What is apitherapy, the treatment with bees that led to the death of a woman in Spain
For two years, he allowed himself to be stung by bees once a month.
It was part of a treatment called apitherapy, which he used to relieve muscle contractures and stress.
But one day, after the first bee stung her, the 55-year-old Spanish woman, who lives in Madrid, began to gasp and have difficulty breathing. Then he lost consciousness.
Her therapist quickly administered steroid medication, but there was no adrenaline available to revive her.
The ambulance took half an hour to arrive, the rescuers tried to give her first aid, but they soon realized that the woman was in a coma and needed to be intubated.
After several weeks in the hospital, where she was diagnosed with multiple organ failure, the woman died.
Among the most striking thing about the incident was that the patient had no history of any other disease, risk factors or previous allergic reactions that could explain what happened.
What is apitherapy?
- Its operation is based on the use of bee products, which can range from honey or royal jelly to apitoxin or bee venom, used, according to its promoters, to prevent and treat diseases such as arthritis or multiple sclerosis.
- Apitherapy is a treatment that dates back to Ancient Egypt, Greece or China, but has never been endorsed by the medical community.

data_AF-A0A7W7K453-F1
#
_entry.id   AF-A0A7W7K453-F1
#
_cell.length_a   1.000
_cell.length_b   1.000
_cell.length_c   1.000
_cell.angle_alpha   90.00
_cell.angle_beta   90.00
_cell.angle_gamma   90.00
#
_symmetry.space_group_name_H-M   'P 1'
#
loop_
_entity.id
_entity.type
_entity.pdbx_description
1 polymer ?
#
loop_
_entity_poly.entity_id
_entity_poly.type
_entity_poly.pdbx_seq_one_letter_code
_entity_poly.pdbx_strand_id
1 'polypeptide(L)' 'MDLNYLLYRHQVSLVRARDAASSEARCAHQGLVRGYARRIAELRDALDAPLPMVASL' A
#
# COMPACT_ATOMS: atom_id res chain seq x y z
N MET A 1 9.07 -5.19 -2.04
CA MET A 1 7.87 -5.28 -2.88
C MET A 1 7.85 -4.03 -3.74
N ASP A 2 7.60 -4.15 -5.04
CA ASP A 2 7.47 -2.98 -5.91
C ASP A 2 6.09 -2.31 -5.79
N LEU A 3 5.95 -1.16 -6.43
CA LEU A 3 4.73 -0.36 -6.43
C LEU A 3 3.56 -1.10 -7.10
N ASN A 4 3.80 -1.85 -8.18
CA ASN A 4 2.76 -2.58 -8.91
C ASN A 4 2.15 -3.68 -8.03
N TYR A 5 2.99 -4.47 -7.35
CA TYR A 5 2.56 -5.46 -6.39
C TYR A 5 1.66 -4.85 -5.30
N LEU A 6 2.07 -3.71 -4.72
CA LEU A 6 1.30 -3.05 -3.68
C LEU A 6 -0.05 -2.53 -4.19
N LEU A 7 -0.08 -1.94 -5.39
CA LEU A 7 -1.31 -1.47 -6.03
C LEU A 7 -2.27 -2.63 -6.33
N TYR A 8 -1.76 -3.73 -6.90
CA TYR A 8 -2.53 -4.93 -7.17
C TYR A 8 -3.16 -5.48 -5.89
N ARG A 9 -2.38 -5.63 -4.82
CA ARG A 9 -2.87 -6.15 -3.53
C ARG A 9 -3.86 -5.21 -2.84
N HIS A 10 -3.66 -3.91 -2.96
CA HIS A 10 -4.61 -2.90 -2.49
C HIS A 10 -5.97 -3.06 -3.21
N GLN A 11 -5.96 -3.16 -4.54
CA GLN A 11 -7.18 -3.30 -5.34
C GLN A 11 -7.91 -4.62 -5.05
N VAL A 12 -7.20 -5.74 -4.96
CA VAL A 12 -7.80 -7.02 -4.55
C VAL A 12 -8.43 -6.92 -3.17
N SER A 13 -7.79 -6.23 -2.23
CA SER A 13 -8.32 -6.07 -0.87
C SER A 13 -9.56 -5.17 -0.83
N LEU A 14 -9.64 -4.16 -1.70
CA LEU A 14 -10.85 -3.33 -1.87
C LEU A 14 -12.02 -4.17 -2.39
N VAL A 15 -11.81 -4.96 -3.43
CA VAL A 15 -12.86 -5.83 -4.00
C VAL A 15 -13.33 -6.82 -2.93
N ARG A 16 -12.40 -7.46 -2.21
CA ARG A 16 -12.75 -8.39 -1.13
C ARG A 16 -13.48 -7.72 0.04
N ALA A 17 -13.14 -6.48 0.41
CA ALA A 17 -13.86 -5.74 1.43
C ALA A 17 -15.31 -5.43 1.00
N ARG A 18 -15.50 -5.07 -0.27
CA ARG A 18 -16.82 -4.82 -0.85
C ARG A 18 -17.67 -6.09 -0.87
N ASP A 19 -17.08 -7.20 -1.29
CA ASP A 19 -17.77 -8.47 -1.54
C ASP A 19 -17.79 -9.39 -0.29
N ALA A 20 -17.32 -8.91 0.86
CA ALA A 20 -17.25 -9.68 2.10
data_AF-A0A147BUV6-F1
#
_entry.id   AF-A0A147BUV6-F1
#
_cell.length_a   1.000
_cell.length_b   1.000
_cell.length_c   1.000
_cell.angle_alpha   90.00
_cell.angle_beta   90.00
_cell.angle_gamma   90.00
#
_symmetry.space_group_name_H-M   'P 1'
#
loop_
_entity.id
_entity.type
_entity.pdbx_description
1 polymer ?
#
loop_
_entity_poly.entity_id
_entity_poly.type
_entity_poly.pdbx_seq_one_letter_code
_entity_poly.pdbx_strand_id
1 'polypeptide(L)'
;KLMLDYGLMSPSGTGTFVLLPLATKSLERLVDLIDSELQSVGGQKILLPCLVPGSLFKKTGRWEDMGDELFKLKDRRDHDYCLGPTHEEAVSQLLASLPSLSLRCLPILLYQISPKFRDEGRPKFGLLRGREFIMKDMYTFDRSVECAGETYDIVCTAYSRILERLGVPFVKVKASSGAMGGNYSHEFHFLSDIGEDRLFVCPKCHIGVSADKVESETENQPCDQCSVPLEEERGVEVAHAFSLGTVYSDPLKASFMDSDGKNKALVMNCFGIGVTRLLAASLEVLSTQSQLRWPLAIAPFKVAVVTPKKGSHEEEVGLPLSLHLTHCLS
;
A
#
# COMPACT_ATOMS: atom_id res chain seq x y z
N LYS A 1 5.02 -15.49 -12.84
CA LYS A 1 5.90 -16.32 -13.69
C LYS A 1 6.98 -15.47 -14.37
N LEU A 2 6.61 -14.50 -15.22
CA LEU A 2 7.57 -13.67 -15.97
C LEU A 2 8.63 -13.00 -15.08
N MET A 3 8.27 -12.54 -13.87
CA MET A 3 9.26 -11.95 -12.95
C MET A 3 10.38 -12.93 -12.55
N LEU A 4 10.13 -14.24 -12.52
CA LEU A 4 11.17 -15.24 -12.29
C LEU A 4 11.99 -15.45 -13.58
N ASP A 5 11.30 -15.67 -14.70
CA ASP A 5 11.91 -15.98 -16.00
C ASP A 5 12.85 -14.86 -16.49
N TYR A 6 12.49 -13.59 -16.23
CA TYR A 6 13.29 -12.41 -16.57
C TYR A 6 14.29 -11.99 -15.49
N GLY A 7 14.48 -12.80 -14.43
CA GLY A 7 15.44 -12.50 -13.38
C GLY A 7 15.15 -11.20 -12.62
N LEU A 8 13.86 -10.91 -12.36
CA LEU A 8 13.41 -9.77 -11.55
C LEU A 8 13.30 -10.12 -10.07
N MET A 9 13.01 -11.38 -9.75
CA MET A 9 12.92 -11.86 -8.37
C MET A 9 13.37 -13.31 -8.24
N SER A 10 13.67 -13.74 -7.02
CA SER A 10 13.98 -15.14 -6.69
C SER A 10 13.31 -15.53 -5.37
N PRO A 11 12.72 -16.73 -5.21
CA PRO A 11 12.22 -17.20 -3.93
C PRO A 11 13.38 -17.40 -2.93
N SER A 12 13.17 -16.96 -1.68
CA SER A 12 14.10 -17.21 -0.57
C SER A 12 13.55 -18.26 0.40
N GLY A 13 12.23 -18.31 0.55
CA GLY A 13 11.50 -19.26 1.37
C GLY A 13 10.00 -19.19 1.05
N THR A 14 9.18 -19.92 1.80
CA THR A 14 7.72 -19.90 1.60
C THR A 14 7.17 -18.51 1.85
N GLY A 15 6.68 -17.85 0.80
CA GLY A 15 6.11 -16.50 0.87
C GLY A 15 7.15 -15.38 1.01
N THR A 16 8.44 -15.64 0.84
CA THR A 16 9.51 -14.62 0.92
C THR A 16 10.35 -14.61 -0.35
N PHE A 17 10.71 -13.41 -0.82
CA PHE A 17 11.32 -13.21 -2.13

- However, the Institute for the Treatment of Multiple Sclerosis in the United Kingdom notes that «There is no research showing the effectiveness of this treatment in patients with multiple sclerosis.»
- Various internet pages promote the «miraculous» benefits of these treatments, although the truth is that they are mainly anecdotal and are not supported by any serious scientific study.
- The theory behind apitherapy is that the bee sting produces inflammation that stimulates the body’s immune system response to reduce inflammation.
The case became known this week, after the publication of a report in the Journal of Investigational Allergology and Clinical Immunology, which has called into question the already controversial treatment.
Researchers at the University Hospital of Madrid assure that what happened demonstrates the risks of the therapy, which they describe as «unsafe and inadvisable.»
1. Patients should be well informed about the dangers of this treatment before applying it.
2. Measures should be implemented to identify patients who may be sensitive to bee stings.
3. People applying the therapy must be trained in the management of allergic reactions and first aid techniques.
4. Additionally, these people must ensure that they can apply these techniques in a safe environment.